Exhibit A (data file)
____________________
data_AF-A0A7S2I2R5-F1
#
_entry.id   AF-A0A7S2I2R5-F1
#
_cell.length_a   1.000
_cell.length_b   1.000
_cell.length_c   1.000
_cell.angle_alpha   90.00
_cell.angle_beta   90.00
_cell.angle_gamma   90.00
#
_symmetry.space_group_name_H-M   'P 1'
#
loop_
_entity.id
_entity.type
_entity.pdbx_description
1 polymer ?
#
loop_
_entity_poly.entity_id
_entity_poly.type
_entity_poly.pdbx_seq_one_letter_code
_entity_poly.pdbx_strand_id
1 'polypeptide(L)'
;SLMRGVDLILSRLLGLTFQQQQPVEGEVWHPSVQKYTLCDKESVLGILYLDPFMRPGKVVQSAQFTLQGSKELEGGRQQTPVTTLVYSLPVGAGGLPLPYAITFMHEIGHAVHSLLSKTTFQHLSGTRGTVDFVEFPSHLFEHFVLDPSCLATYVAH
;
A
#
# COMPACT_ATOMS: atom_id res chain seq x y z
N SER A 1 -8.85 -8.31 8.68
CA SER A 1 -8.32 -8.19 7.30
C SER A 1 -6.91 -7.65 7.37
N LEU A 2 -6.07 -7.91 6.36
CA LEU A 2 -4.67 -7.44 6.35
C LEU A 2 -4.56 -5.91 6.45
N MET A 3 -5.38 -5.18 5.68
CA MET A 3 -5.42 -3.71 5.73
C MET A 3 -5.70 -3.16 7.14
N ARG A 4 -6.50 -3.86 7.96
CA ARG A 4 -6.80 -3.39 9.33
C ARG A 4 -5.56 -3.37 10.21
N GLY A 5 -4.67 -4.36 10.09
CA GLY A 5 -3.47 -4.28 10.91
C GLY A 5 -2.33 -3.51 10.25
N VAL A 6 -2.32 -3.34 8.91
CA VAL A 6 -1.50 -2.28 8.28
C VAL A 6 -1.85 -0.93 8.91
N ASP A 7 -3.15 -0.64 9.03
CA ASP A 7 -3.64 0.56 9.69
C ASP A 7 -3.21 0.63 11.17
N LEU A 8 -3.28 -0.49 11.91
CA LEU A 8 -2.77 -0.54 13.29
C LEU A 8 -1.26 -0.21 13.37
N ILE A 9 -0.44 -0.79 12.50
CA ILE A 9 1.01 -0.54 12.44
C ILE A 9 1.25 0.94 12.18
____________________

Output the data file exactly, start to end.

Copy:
data_AF-A0A7S2I2R5-F1
#
_entry.id   AF-A0A7S2I2R5-F1
#
_cell.length_a   1.000
_cell.length_b   1.000
_cell.length_c   1.000
_cell.angle_alpha   90.00
_cell.angle_beta   90.00
_cell.angle_gamma   90.00
#
_symmetry.space_group_name_H-M   'P 1'
#
loop_
_entity.id
_entity.type
_entity.pdbx_description
1 polymer ?
#
loop_
_entity_poly.entity_id
_entity_poly.type
_entity_poly.pdbx_seq_one_letter_code
_entity_poly.pdbx_strand_id
1 'polypeptide(L)'
;SLMRGVDLILSRLLGLTFQQQQPVEGEVWHPSVQKYTLCDKESVLGILYLDPFMRPGKVVQSAQFTLQGSKELEGGRQQTPVTTLVYSLPVGAGGLPLPYAITFMHEIGHAVHSLLSKTTFQHLSGTRGTVDFVEFPSHLFEHFVLDPSCLATYVAH
;
A
#
# COMPACT_ATOMS: atom_id res chain seq x y z
N SER A 1 -8.85 -8.31 8.68
CA SER A 1 -8.32 -8.19 7.30
C SER A 1 -6.91 -7.65 7.37
N LEU A 2 -6.07 -7.91 6.36
CA LEU A 2 -4.67 -7.44 6.35
C LEU A 2 -4.56 -5.91 6.45
N MET A 3 -5.38 -5.18 5.68
CA MET A 3 -5.42 -3.71 5.73
C MET A 3 -5.70 -3.16 7.14
N ARG A 4 -6.50 -3.86 7.96
CA ARG A 4 -6.80 -3.39 9.33
C ARG A 4 -5.56 -3.37 10.21
N GLY A 5 -4.67 -4.36 10.09
CA GLY A 5 -3.47 -4.28 10.91
C GLY A 5 -2.33 -3.51 10.25
N VAL A 6 -2.32 -3.34 8.91
CA VAL A 6 -1.50 -2.28 8.28
C VAL A 6 -1.85 -0.93 8.91
N ASP A 7 -3.15 -0.64 9.03
CA ASP A 7 -3.64 0.56 9.69
C ASP A 7 -3.21 0.63 11.17
N LEU A 8 -3.28 -0.49 11.91
CA LEU A 8 -2.77 -0.54 13.29
C LEU A 8 -1.26 -0.21 13.37
N ILE A 9 -0.44 -0.79 12.50
CA ILE A 9 1.01 -0.54 12.44
C ILE A 9 1.25 0.94 12.18